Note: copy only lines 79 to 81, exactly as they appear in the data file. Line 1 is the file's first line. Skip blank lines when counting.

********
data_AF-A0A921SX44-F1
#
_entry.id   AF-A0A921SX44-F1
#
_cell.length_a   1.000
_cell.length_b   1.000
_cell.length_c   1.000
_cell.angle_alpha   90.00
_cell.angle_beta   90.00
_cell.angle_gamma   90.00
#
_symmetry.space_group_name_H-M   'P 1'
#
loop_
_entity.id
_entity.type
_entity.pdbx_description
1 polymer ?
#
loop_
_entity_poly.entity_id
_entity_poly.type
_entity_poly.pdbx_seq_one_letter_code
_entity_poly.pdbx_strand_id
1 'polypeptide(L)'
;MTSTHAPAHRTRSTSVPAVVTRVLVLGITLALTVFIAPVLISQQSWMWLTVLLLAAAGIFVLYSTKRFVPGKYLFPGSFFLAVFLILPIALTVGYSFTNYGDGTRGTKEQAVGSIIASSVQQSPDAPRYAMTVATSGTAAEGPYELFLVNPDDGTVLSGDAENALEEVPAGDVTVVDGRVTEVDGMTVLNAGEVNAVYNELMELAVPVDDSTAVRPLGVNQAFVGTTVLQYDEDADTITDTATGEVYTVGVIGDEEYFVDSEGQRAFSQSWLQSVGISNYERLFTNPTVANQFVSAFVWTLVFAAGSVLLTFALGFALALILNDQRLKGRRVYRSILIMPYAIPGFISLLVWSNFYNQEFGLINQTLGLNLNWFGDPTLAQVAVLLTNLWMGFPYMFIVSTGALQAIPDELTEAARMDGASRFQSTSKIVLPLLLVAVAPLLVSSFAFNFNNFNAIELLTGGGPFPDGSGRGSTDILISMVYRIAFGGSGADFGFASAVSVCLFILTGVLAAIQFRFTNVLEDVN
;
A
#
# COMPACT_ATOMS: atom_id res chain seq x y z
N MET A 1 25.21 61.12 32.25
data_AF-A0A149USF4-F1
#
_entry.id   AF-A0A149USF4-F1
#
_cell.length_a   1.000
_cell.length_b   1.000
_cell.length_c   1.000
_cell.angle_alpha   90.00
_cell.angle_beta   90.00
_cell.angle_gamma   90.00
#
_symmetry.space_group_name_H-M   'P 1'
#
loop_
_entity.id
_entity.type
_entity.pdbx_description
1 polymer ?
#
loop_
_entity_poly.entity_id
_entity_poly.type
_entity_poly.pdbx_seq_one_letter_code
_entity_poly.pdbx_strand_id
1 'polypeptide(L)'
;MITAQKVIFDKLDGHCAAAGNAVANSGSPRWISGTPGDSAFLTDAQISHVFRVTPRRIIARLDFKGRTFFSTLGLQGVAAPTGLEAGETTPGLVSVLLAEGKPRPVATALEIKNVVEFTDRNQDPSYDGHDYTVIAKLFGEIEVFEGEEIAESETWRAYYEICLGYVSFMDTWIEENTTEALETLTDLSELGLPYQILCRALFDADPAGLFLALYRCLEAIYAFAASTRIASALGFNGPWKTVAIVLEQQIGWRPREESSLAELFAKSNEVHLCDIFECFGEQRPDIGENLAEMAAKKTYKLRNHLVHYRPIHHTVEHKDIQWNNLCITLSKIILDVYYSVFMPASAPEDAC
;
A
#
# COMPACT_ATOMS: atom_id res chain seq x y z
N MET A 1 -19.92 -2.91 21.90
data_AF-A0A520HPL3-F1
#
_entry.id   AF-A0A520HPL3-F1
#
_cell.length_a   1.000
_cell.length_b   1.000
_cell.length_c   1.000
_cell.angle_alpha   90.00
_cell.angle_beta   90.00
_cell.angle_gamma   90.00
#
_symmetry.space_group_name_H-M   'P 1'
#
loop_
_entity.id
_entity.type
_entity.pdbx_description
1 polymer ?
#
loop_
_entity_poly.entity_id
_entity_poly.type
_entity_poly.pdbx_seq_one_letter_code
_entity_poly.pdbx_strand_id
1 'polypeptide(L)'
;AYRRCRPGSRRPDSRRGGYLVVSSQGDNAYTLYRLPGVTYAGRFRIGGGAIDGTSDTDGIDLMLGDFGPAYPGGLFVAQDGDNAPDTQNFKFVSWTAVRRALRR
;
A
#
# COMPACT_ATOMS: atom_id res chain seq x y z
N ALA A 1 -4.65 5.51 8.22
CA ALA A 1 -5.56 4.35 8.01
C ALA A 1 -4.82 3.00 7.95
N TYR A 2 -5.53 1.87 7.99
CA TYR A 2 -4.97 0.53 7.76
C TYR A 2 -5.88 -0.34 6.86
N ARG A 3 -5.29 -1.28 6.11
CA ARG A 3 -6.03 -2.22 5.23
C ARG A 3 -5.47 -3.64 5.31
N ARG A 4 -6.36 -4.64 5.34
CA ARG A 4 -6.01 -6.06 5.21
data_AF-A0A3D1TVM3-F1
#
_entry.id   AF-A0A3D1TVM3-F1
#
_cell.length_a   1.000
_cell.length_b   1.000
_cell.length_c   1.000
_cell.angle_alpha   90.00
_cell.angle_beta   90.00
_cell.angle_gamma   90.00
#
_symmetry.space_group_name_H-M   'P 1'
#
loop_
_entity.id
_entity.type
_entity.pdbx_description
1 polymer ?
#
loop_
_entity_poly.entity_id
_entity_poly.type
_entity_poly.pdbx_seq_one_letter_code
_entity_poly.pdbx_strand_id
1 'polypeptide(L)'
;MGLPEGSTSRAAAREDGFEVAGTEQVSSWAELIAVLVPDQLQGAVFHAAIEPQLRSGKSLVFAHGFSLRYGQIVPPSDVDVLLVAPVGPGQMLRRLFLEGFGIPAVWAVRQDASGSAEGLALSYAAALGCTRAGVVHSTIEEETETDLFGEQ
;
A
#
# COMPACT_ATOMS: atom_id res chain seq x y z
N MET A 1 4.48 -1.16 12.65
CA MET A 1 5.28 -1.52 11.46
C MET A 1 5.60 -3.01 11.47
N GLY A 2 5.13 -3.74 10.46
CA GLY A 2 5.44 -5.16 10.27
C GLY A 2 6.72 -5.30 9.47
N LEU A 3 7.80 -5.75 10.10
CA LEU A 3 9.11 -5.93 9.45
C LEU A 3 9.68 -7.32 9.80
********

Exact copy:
_entity.pdbx_description
1 polymer ?
#